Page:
It seems that not many tourists come here or maybe they’re unaware of its existence, but this place is a treasure trove of information about Tsukiji Fish Market. It’s a very helpful stop especially if you’re looking for a specific shop or a certain ingredient which can be hard to find especially for non-Japanese speakers.
Japanese aunties and uncles run this place and they’re all very eager to tell you about Tsukiji Fish Market (they speak enough English to help you out), and from here you can ask for the best things to eat or shops to go to that only locals like them know.
They also sell Tsukiji-related souvenirs and t-shirts that you can only buy here at Plat Tsukiji, so if you are looking for Tsukiji-exclusive merch and souvenirs, this is THE place to go.
Beside Plat Tsukiji they also have ATM and currency machines as well as a Tax Refund counter, a smoking area, and coin lockers for those with luggage on them. Plat Tsukiji is located along Namiyoke Street (right side of the street) – just right when you enter Tsukiji Fish Market.
2. Go on a street food crawl
If it’s not already obvious, no visit to this market is complete without sampling on some of Tsukiji’s street food. Indulge in the iconic street food options available throughout the market – these include tamagoyaki (omelet on a stick), taiyaki (ice cream served on a fish-shaped pancake), and of course fresh seafood including fresh grilled scallops, oysters, tuna, sea urchin, and grilled anything else that’s fresh on that day. Check out my blog post on the must-try street food when in Tsukiji Fish Market for more info on the best things to eat in the area. 🙂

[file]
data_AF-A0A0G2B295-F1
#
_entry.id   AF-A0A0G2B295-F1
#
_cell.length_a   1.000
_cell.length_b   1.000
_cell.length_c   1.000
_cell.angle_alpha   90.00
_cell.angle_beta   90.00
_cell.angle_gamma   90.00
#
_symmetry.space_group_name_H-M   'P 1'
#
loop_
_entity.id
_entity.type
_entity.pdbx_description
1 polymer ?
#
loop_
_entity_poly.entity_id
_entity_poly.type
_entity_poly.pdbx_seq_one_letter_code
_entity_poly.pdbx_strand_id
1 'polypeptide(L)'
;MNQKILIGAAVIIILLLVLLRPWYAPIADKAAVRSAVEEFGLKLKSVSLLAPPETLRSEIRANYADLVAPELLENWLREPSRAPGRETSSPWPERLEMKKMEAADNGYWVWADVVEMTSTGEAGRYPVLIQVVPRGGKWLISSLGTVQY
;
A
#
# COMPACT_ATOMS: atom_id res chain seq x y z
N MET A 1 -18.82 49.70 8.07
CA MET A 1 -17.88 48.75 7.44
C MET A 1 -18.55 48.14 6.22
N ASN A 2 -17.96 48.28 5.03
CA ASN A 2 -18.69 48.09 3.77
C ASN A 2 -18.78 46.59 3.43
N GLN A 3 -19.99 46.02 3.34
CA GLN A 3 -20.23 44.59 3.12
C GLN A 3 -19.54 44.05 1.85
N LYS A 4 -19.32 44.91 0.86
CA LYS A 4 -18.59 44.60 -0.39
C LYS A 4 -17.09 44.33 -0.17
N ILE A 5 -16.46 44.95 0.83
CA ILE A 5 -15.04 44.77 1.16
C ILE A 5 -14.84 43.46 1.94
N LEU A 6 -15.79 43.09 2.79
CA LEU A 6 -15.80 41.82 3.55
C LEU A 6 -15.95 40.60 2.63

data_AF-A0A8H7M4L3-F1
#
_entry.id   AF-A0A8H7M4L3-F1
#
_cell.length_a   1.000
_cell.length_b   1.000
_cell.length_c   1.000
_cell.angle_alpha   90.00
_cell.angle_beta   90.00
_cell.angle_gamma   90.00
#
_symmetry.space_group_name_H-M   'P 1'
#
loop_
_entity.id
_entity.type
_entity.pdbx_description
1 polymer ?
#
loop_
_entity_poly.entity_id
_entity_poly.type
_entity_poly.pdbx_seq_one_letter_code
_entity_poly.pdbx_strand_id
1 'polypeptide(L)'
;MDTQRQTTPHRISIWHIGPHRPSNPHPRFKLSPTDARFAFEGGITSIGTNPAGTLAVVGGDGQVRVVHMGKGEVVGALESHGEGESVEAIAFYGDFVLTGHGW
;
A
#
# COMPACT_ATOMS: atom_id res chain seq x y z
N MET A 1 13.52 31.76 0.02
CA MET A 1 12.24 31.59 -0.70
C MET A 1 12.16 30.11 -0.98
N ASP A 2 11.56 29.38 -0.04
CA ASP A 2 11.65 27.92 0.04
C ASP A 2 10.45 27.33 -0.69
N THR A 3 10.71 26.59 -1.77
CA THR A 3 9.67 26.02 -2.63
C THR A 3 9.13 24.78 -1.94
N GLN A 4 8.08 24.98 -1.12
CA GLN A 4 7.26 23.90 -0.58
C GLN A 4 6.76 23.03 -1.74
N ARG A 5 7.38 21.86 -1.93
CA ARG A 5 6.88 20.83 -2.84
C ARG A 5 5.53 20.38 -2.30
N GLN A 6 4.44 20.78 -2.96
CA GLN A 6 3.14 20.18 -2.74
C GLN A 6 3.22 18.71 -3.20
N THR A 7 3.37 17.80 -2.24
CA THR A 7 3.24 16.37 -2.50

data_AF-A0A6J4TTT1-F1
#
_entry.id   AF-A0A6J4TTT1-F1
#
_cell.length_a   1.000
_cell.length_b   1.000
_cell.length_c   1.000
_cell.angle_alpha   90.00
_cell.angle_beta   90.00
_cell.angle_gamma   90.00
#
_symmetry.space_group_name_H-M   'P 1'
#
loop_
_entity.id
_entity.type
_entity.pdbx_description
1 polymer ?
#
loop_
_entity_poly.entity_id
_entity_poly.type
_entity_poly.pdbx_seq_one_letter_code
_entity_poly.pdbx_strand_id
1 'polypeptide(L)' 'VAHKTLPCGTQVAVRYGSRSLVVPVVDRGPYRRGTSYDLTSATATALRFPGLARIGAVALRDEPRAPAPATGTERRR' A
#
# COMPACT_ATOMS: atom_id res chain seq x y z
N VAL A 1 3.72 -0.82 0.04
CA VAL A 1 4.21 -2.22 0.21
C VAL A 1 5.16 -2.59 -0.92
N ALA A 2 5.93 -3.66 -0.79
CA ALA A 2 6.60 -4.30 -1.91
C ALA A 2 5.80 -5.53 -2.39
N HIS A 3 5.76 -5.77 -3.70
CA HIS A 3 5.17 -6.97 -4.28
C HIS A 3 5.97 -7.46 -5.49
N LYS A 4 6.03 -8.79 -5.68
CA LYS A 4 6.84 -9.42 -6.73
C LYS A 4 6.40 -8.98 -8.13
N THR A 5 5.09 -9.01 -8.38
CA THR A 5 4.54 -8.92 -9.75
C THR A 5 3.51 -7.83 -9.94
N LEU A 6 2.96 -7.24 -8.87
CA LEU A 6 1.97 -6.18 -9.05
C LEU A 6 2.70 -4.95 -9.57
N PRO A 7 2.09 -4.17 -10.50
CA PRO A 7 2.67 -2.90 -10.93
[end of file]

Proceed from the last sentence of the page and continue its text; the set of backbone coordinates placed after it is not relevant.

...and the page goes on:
3. Queue up and sample the freshest catch at a restaurant
It’s not all about street food at Tsukiji – this is also where you can find the finest restaurants serving only the freshest sushi, sashimi rice bowls and uni rice bowls – not only tourists line up, even locals do because they’re really that good.
You can usually find these restaurants in the narrow alleys within the market – one tip to find them is when you see people lining up (but the queue can’t spill on to the main street so you need to look for it), there probably is a small yet amazing restaurant right in that alley.
4. Check out the shops selling kitchen and tableware
If you’re so inspired by the Japanese dining experience and want to recreate it at home, you will probably need Japanese kitchenware and dinnerware to complete the experience.
You will find almost everything here: choose from kawaii ornaments and decors to porcelain dinnerware subduedly decorated with Japanese art to Kintsugi (金継ぎ) plates where broken plates were repaired by applying gold to broken edges, to elegant teacups pots and even chopsticks.
5. Visit the specialty shops and sample on the free tastes
Do check out the shops that sell traditional goods such as tea, dried bonito flakes, Japanese pickles, dried fish, and Tsukudani (Japanese preserved good). Sometimes the shops give out free samples, so you get to taste them all and see what you want to take home with you.
6. Visit and admire the Namiyoke Inari Shrine
Just walk straight ahead from Tsukiji’s main ‘entrance’, past the street food stalls, and you will find the Namiyoke Inari Shrine.